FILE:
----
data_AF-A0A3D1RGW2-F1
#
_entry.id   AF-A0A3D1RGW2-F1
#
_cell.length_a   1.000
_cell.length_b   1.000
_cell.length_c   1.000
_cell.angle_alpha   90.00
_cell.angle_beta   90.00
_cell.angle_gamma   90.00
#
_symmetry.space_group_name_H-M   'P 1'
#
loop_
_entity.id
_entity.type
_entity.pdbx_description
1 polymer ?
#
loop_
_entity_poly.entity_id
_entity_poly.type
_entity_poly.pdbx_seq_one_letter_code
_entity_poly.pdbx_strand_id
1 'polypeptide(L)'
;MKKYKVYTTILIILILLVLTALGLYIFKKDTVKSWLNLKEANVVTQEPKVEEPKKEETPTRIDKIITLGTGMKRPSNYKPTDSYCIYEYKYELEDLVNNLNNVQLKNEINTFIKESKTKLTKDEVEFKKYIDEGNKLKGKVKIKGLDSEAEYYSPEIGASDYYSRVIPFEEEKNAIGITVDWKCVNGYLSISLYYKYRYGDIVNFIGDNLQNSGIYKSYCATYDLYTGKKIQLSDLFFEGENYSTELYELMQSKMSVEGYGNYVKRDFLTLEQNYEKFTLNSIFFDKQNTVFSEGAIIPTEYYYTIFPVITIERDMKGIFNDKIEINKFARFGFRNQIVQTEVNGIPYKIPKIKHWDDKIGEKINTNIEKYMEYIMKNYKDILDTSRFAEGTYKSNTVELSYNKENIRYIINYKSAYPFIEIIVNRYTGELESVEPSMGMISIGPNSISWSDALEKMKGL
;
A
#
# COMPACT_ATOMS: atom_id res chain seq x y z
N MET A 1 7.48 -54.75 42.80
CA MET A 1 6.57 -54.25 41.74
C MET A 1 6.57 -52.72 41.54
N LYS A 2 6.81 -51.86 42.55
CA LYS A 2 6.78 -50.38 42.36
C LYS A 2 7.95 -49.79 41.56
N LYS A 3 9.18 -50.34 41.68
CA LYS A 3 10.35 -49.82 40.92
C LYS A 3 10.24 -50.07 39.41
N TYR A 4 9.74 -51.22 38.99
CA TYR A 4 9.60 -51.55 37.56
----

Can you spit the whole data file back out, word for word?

data_AF-A0A3D1RGW2-F1
#
_entry.id   AF-A0A3D1RGW2-F1
#
_cell.length_a   1.000
_cell.length_b   1.000
_cell.length_c   1.000
_cell.angle_alpha   90.00
_cell.angle_beta   90.00
_cell.angle_gamma   90.00
#
_symmetry.space_group_name_H-M   'P 1'
#
loop_
_entity.id
_entity.type
_entity.pdbx_description
1 polymer ?
#
loop_
_entity_poly.entity_id
_entity_poly.type
_entity_poly.pdbx_seq_one_letter_code
_entity_poly.pdbx_strand_id
1 'polypeptide(L)'
;MKKYKVYTTILIILILLVLTALGLYIFKKDTVKSWLNLKEANVVTQEPKVEEPKKEETPTRIDKIITLGTGMKRPSNYKPTDSYCIYEYKYELEDLVNNLNNVQLKNEINTFIKESKTKLTKDEVEFKKYIDEGNKLKGKVKIKGLDSEAEYYSPEIGASDYYSRVIPFEEEKNAIGITVDWKCVNGYLSISLYYKYRYGDIVNFIGDNLQNSGIYKSYCATYDLYTGKKIQLSDLFFEGENYSTELYELMQSKMSVEGYGNYVKRDFLTLEQNYEKFTLNSIFFDKQNTVFSEGAIIPTEYYYTIFPVITIERDMKGIFNDKIEINKFARFGFRNQIVQTEVNGIPYKIPKIKHWDDKIGEKINTNIEKYMEYIMKNYKDILDTSRFAEGTYKSNTVELSYNKENIRYIINYKSAYPFIEIIVNRYTGELESVEPSMGMISIGPNSISWSDALEKMKGL
;
A
#
# COMPACT_ATOMS: atom_id res chain seq x y z
N MET A 1 7.48 -54.75 42.80
CA MET A 1 6.57 -54.25 41.74
C MET A 1 6.57 -52.72 41.54
N LYS A 2 6.81 -51.86 42.55
CA LYS A 2 6.78 -50.38 42.36
C LYS A 2 7.95 -49.79 41.56
N LYS A 3 9.18 -50.34 41.68
CA LYS A 3 10.35 -49.82 40.92
C LYS A 3 10.24 -50.07 39.41
N TYR A 4 9.74 -51.22 38.99
CA TYR A 4 9.60 -51.55 37.56